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Cynthia Kittler
Cynthia Kittler
Relationships

For Me, Nothing Compares To Being A Mom 

It is the least glorifying, most gratifying, soul-swelling, heart-scraping mission.

Before my first child was born, I had already failed as a mother. I was 39 weeks pregnant and fell ill over the weekend. By Tuesday, I was worse and called in sick to work. Feeling defeated and depressed, I reached out to my best friend for much-needed encouragement. She told me I needed to go to the doctor and make sure my baby was okay. I explained I had an appointment in two days and I felt so sick, I just wanted to stay home and rest. But my best friend persisted, so I relented and called my doctor to make an appointment. 

Once my husband and I arrived at the office, they said my doctor was at the hospital with a delivery, and it would be a few hours before she’d be available to see me. I was exasperated, exhausted, and had no patience in the state I was in, so I said I would just see the doctor at my regularly scheduled appointment. They insisted I stay and let the nurse do a quick check on the baby. After calling me back and hooking up my belly to the monitor, my husband and I watched my baby’s heart rate plummet, then very slowly climb back up. It dove down again when the nurse came in and told us another doctor wanted to see us right away. 

Sitting in his office, baffled by it all, the doctor explained that my baby had been suffering but he wasn’t sure for how long. With her heart rate dropping and struggling to recover, he couldn’t promise us she was okay. Then he said the words that haunt me to this day… 

“You may have saved your baby’s life by coming in today.” 

We rushed straight to the hospital where I gave birth. It was terrifying and traumatizing, filled with the agonizing dread of uncertainty. Had it not been for my best friend insisting I go; my baby might not have survived.  

I was 35 years old when my first child made her dramatic entrance into the world. I had been working with kids my entire adult life, but I was oblivious to all that parenting entailed. No matter how old you are when you become a mother, you still go on the journey naïve of it all. And from that first day of my baby’s life, I felt utterly unqualified to be a mom. Why didn’t I know my baby was struggling? Where was my natural “mom instinct”? How on earth do I care for this baby who needs me to know what I clearly don’t know? 

The first 10 years of my child’s life were wrought with ongoing medical issues, diagnoses, treatments, procedures, hospitalizations, therapies, and medications to help make my baby well. I constantly struggled with crushing anxiety, sheer exhaustion, and debilitating insecurity, while struggling to survive the constant care for my daughter. I had no idea being a mom would bring me to my knees with desperate pleas, questioning everything I did and worrying I was failing over and over again.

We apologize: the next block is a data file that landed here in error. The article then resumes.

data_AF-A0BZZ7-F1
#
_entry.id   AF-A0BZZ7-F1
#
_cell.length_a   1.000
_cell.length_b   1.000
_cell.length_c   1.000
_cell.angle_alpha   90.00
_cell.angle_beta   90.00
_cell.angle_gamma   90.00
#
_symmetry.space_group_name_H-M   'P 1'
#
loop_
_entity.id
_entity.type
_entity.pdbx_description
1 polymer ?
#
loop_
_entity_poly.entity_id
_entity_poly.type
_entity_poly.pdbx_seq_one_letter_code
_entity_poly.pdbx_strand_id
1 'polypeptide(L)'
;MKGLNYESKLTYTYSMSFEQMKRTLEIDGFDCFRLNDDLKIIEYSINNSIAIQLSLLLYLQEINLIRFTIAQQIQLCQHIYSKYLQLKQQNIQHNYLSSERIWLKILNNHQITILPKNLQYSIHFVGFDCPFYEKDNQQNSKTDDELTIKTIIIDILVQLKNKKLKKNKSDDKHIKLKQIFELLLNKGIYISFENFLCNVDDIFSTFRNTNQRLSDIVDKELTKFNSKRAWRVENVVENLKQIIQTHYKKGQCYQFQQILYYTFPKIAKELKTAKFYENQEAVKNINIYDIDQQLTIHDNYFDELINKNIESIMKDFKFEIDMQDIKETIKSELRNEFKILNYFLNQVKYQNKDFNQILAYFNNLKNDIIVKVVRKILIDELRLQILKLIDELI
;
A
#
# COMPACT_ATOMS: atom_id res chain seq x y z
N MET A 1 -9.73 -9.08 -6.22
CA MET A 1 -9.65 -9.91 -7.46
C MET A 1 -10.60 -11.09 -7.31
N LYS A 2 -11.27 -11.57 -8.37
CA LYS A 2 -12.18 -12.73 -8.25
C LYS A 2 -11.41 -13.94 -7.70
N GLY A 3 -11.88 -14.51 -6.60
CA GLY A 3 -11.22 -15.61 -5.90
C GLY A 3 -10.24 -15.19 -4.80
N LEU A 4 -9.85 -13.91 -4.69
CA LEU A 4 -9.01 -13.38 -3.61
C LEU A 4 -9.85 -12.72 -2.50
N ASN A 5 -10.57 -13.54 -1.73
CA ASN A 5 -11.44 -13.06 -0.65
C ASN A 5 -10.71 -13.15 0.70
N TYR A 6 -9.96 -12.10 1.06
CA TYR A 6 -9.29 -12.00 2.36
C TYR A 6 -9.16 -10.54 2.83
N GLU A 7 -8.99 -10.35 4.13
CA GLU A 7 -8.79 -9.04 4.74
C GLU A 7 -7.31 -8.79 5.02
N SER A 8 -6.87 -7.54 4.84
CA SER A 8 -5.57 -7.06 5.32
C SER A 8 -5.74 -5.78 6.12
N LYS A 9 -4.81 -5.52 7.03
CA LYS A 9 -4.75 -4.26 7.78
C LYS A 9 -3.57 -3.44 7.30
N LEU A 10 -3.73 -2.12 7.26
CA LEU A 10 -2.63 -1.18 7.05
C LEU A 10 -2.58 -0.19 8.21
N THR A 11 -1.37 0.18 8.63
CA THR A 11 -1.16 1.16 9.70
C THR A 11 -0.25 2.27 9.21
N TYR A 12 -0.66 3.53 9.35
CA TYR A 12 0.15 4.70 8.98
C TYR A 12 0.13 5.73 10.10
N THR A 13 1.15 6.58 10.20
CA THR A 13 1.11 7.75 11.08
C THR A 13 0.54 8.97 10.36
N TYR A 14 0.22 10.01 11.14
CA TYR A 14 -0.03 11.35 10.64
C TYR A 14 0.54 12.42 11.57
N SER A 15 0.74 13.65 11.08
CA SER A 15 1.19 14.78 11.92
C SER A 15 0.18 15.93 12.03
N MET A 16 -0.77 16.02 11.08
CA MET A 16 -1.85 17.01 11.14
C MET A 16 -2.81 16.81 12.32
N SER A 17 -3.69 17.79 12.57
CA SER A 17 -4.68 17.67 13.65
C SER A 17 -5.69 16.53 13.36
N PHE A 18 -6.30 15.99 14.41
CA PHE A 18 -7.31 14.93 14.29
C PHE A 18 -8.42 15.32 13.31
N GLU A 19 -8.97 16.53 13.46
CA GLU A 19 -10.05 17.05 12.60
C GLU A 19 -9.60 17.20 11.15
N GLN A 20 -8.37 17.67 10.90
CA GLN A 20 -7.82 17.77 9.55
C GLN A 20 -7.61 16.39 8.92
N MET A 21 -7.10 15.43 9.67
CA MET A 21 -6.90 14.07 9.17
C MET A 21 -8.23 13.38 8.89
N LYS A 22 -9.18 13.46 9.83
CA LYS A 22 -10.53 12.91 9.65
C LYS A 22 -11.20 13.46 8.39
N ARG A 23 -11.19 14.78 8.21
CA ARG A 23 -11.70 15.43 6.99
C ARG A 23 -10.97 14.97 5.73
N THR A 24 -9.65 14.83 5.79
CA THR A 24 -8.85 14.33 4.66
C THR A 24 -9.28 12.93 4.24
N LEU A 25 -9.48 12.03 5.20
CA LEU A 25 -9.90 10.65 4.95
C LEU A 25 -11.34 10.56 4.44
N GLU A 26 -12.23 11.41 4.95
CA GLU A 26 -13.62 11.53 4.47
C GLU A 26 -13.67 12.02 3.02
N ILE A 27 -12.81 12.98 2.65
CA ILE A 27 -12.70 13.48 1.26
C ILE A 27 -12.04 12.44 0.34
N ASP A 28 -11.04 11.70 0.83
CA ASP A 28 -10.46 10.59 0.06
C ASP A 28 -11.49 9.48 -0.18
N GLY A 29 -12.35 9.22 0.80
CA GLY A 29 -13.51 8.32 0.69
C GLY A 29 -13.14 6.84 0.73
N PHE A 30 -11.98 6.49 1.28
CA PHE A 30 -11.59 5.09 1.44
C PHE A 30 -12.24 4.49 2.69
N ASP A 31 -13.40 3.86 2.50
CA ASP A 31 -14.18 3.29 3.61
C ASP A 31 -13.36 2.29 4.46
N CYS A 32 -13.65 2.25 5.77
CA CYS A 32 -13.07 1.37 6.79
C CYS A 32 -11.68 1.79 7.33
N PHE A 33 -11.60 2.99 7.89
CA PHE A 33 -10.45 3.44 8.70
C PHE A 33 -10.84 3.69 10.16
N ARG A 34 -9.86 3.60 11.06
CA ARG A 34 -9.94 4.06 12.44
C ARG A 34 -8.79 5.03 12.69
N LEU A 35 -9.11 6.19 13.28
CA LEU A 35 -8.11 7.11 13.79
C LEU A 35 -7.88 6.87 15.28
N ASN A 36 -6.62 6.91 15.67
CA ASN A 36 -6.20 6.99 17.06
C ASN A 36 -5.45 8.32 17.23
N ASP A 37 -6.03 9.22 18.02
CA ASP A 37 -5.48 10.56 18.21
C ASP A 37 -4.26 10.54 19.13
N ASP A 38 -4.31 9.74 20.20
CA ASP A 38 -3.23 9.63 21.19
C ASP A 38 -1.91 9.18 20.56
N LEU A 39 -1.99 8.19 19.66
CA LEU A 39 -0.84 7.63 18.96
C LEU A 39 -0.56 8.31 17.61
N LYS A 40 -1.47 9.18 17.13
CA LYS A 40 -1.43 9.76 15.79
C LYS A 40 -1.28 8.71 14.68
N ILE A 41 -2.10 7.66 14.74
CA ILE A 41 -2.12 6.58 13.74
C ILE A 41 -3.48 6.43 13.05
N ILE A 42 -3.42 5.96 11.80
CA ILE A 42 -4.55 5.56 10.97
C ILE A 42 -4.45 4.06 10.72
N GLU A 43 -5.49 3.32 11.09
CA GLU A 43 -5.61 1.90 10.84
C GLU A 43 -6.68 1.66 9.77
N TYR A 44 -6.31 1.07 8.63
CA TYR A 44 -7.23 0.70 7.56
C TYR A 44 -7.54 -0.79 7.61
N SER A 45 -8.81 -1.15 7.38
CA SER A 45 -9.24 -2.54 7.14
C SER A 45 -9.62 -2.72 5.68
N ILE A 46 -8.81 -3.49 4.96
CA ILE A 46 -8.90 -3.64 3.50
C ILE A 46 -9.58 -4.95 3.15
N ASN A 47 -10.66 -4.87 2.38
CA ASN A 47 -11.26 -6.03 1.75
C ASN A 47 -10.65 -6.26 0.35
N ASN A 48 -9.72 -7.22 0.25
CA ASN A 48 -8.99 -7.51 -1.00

I learned very quickly the truth about motherhood, which I believe every mom experiences too. Being a mom is all-consuming, totally terrifying, and more self-sacrificing than anything anyone could ever do. You’re forced to face an unpredictable terrain littered with landmines that can explode anytime as you trek through each day of raising your child, just trying the best you possibly can with what you don’t know. You can’t train or study or prepare for this mission because you learn how to be a mom as you go. 

I’ve grown so much wiser and more confident through all the years I wrestled with my own self-worth as a mom. I learned how motherhood can leave you dangling off the end of you, as you release your grip in full surrender. It can rip off all the protective layers you once had and leave you raw and ragged until you slowly begin to rebuild stronger skin. 

But it’s in those shredding moments where something extraordinary occurs; where your love for your child supersedes your own needs and somehow, a new and improved you emerges. This paradoxical paradigm astounds me as I discover the truth of it more and more. These infants we bring into the world, evolve right along with us, as we navigate through the never-ending, painstaking decisions we make as mothers. We fail, we learn. They fail, they learn. And eventually, these lessons bring a lifelong story full of suffering and redemption, and the fullness of fruition, over and over again.  

And this dance we do comes with twists and turns and dips and falls and continues until our kids are full-grown. Then our hands let go when they leave our home, but we still dance from a distance until we grow old. And if you have the fortunate fate where you get to this stage, a new dance begins and it’s their turn to step in while caring for your needs that surpass their own. They give you back all you once gave them as the circle of motherhood rounds out its end in the most powerful, beautiful, and sorrowful completion. 

I’m living in each phase of motherhood right now. My firstborn is healthy and living on her own, while I'm still raising my second child at home, and caring for my mom who's 82-years old. I’m still failing, still learning, still evolving, as a mom, and a daughter- both intertwined in me. And although life is full of so many great things, there is nothing that compares to being a mother. It is the least glorifying, most gratifying, soul-swelling, heart-scraping mission, that a mother’s been given. And I thank God for the chance to do this miraculous dance every day. 

And for all the mothers who've lost a child and the daughters who've lost their mother that are reading this right now while living under the crushing weight of grief and loss ..... I mourn with you. 

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